The story sounds similar to the Birmingham waste treatment plant: an unholy combination third-world-style corruption and incompetence and financial sharkery i.e. a mini-version of developing nations loans of the 70's, right here at home. surely, there are more of these bad deals floating around.

actually, the whole '"financial analyst" sells bullshit' story i.e. Whitney isn't really news either. If you bet money in the muni-bond market based on Lewis or Whitney you deserve to lose it. but, as i said before, the story isn't about what's happening at your local dog track:
Did other governments make generous commitments during periods of economic prosperity? Sure, it is almost impossible for political officials not to do this kind of thing. But are other governments pushing themselves to the brink by not addressing this issue? Lewis’ audience wouldn’t know, because he did not interview the mayors of any of the two-thirds of the 296 California municipalities (as surveyed by the League of California Cities) that are in the process of renegotiating changes to their retiree benefits plans. I suspect if Lewis had, he would have discovered that other cities have internalized Vallejo’s situation.
You can sit back and watch government retirees and employees get squeezed to make the bond market happy (and because structural/legal factors make default/bankruptcy hard for municipalities so what else can you do?) Like the whole "peak oil" issue, any sufficiently accurate analysis is a printing press for money, so any analysis you read is likely to be not sufficiently accurate (as I hear it, technical analysis of the bond market is an order of magnitude more sophisticated than that used for options), but overall you can look at the way municpalities borrowed money in the good times (to forestall tax increases that weren't sustainable driven by structural factors in the costs of government i.e. the Reagan revolution) and say roughly, there's a lot of "bad debt" out there that can't be discharged and deleveraging is occurring by sucking money out of people's pockets and into investor pockets. A smaller version of the big story.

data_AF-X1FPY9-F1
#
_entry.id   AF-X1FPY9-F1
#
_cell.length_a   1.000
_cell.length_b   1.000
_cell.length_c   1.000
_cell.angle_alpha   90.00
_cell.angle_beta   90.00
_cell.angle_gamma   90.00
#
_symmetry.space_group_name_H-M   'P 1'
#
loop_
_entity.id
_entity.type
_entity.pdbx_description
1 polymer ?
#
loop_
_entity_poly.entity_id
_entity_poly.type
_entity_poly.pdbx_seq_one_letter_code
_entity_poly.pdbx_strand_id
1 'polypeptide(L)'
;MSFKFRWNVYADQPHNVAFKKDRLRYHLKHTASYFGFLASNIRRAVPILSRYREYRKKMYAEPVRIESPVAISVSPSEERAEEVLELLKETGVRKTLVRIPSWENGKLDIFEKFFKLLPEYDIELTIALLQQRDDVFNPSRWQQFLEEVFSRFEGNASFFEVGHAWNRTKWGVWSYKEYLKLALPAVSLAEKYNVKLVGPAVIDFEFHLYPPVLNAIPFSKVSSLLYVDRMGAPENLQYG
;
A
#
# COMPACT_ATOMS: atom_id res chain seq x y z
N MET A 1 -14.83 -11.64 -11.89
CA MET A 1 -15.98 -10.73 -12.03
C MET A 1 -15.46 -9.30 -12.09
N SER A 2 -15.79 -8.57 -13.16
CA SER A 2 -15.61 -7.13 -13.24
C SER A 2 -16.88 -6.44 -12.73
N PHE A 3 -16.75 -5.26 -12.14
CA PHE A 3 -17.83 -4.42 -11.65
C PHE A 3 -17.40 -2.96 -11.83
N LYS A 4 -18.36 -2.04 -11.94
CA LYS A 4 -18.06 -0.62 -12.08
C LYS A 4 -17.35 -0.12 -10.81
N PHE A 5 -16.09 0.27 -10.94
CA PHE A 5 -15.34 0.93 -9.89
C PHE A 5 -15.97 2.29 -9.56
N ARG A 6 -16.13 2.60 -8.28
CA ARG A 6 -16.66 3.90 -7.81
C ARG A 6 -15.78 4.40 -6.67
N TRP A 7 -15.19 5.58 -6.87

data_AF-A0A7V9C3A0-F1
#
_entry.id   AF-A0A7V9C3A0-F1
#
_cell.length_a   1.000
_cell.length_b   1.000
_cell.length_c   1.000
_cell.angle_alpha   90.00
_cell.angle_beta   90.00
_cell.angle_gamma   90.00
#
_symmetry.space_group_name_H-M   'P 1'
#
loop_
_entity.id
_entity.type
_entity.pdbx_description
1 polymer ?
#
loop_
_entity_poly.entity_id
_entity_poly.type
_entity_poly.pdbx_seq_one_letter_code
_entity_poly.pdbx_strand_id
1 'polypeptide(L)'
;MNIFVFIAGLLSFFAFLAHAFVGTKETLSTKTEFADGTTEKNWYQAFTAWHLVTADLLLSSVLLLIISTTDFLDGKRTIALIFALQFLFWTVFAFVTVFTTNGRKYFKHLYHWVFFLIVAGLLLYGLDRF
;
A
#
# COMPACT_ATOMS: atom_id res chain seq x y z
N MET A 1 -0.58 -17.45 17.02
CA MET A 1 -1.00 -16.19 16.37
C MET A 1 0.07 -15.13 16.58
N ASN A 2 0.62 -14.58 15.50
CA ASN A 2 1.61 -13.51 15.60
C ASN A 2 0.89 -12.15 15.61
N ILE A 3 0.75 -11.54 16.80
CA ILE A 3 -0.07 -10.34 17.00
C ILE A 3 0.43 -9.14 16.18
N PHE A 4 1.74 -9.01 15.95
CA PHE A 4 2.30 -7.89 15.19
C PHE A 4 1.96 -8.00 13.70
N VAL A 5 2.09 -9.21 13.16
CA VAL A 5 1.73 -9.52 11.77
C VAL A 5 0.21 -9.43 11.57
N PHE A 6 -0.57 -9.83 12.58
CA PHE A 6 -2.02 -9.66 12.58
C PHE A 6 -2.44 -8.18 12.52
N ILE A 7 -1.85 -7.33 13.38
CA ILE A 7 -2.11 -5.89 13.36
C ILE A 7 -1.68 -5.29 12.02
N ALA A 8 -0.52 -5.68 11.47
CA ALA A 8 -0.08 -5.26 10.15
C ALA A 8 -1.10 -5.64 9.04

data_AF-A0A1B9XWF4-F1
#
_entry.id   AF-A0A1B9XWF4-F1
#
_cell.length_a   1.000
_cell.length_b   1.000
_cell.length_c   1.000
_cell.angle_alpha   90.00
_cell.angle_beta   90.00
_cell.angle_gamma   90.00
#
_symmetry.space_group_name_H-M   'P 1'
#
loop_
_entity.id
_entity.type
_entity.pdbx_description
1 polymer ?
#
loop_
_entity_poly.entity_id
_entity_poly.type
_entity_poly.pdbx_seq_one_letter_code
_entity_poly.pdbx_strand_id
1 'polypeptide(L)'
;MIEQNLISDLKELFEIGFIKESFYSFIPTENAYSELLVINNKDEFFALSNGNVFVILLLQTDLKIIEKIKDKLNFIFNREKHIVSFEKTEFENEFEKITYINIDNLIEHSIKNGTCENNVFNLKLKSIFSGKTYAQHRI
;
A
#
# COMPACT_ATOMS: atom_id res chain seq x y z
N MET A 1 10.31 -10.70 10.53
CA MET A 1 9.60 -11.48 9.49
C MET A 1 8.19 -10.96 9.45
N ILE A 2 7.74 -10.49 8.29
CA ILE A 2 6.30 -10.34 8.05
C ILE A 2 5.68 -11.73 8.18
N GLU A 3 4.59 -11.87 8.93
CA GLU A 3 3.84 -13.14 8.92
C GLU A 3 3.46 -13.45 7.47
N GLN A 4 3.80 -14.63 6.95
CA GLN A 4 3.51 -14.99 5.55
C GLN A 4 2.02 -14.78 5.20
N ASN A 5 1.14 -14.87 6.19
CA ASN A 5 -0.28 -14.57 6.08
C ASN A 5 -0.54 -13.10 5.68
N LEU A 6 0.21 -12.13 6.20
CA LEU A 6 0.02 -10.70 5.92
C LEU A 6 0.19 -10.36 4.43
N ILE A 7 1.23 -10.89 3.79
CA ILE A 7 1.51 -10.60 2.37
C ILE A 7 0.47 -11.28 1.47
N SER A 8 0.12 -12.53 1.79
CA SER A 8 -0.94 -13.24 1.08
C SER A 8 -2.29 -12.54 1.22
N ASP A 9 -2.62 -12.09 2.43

posted by ennui.bz at 10:45 AM on October 13, 2011 [1 favorite]


Unfortunate as this may be, it's also a very good opportunity for communities to re-evaluate exactly what services they need versus what services they *want*. It's also a good way to get people to realize that there ain't no such thing as a free lunch: if you want 24/7 police and fire protection, you're going to have to pay for it, kiddies. There's no magic unicorn that craps money to pay for these things. Either pony up, or deal with the decline in services.

My community has been going through similar discussions because the city council wanted to raise taxes after paying a ludicrous amount of money to eminent-domain a shopping center that has been vacant since 2006. When they decided they wanted to then deploy "municipal wireless" the town about lopped off the heads' of the council members.

Too many communities have made too many poorly thought out decisions in the past twenty years and the bills are now coming due. Sure, everyone would like a new athletic center and senior center; Everyone wants perfectly paved and plowed roads, everyone wants complete safety and security - but that all comes at a cost, and its a cost that an increasing number of people are either unwilling or unable to pay.
posted by tgrundke at 10:45 AM on October 13, 2011


Too many communities have made too many poorly thought out decisions in the past twenty years and the bills are now coming due. Sure, everyone would like a new athletic center and senior center; Everyone wants perfectly paved and plowed roads, everyone wants complete safety and security - but that all comes at a cost, and its a cost that an increasing number of people are either unwilling or unable to pay.

Sorry, this is kind of bullshit. Underlying any bad decisions that may have been made is the aftermath of the "Reagan revolution" i.e. a structural decline in federal government expenditures at the local level. This has left local governments trying to fund unfunded federal government mandates in education, law enforcement and the environment (i.e. water treatment). Add onto that the relentless inflation of the health insurance market and you have a situation where communities face yearly structural increases in costs and no new source of revenue. This also drives a lot of "entrepreneurial" risks taken by local governments desperate for revenue.

The roots of the collapse on the 'demand' side of the US economy go deeper than just the bubbles of the last 20 years.
posted by ennui.bz at 10:54 AM on October 13, 2011


ennui.bz -

No, it's not bullshit, it's a reality that municipalities have to face. My community leaders told us: well, over the past five years we've had to pick up more of the tab that the county and state won't.